Sunday, March 16, 2014

Update from Oda Shimai (she's 9 months in, 9 months to go!)

Hello family and friends!

The sun is out and shining and it's really warm.  I like the weather here.  It's really nice.

As a follow up to my birthday, it was nice.  Obviously I'm a missionary, so the day was like any other day, but I did go out to eat for dinner and ate some meat and an awesome strawberry parfait.  Birthday cards have also been trickling in through our mail, but another sister currently has four of my cards because the mission home is sending MY cards to her because our last names are similar.  I'd really like those letters soon, but it's probably not that sister's priority like it is for me.  Patience.  Oh, and the elders gave me one of those head massage things that looks like a big whisk.  Best birthday present ever.  Sometimes I just leave it on my head.  And then take pictures.  I swear I'm not as fat as I look in the picture I attached.  That's what happens when you wear a flannel with a skirt...did I mention that sometimes I really don't like dressing up as a missionary?  Also, the fact that I'm sitting at my desk in that picture is amazing. I'm not very good at studying at desks either.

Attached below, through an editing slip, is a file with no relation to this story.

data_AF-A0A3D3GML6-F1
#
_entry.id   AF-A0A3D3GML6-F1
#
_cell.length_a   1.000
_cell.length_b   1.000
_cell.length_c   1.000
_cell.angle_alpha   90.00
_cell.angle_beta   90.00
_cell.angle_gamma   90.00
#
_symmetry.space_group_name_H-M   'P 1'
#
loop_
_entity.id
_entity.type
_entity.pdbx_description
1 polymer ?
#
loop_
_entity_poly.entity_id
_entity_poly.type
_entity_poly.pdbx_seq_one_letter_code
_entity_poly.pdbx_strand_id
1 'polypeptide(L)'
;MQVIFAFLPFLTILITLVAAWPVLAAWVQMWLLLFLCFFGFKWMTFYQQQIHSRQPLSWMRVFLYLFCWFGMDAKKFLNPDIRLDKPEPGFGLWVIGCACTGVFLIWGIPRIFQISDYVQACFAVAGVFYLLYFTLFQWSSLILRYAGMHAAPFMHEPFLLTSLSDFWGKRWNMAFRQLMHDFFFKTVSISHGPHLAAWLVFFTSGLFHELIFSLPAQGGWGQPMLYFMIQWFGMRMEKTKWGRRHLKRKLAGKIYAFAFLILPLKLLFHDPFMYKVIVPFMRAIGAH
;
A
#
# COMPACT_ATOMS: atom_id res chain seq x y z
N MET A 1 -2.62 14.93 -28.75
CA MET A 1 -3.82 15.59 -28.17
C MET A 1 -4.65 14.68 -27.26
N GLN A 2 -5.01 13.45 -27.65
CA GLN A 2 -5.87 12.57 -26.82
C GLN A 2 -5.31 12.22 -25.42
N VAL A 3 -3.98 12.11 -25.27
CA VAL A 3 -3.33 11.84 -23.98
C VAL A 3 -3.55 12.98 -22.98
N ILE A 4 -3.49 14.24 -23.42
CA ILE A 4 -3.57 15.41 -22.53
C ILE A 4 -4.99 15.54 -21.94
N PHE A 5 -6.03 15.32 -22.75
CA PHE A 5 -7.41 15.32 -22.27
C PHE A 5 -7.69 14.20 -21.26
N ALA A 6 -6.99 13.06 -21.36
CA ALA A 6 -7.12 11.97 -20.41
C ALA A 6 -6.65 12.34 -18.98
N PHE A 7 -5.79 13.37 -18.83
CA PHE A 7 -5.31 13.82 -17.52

I've mentioned this before, but there are quite a few old people in the Fukuroi Branch.  But even though there are a lot of old people, they come in all sorts of shapes and personalities.  One in particular is Totsuka Shimai.  I don't know how old she is, but her daughter is probably around 50 and unmarried, so she lives with her.  Anyway, last week we met with them to teach them about how to bring up our religion in everyday conversation.  (We're also teaching from Everyday Missionaries or whatever it's called, but we haven't actually read it.  Yamashita Kaicho just made thirteen different lessons we can teach from it and then members choose what they want to learn.)  Anyway, we had them role play a situation where they could talk about the Word of Wisdom.  The daughter was the cashier and Totsuka Shimai The Older (that's what we call her) was playing the part of herself.  This is how it went down: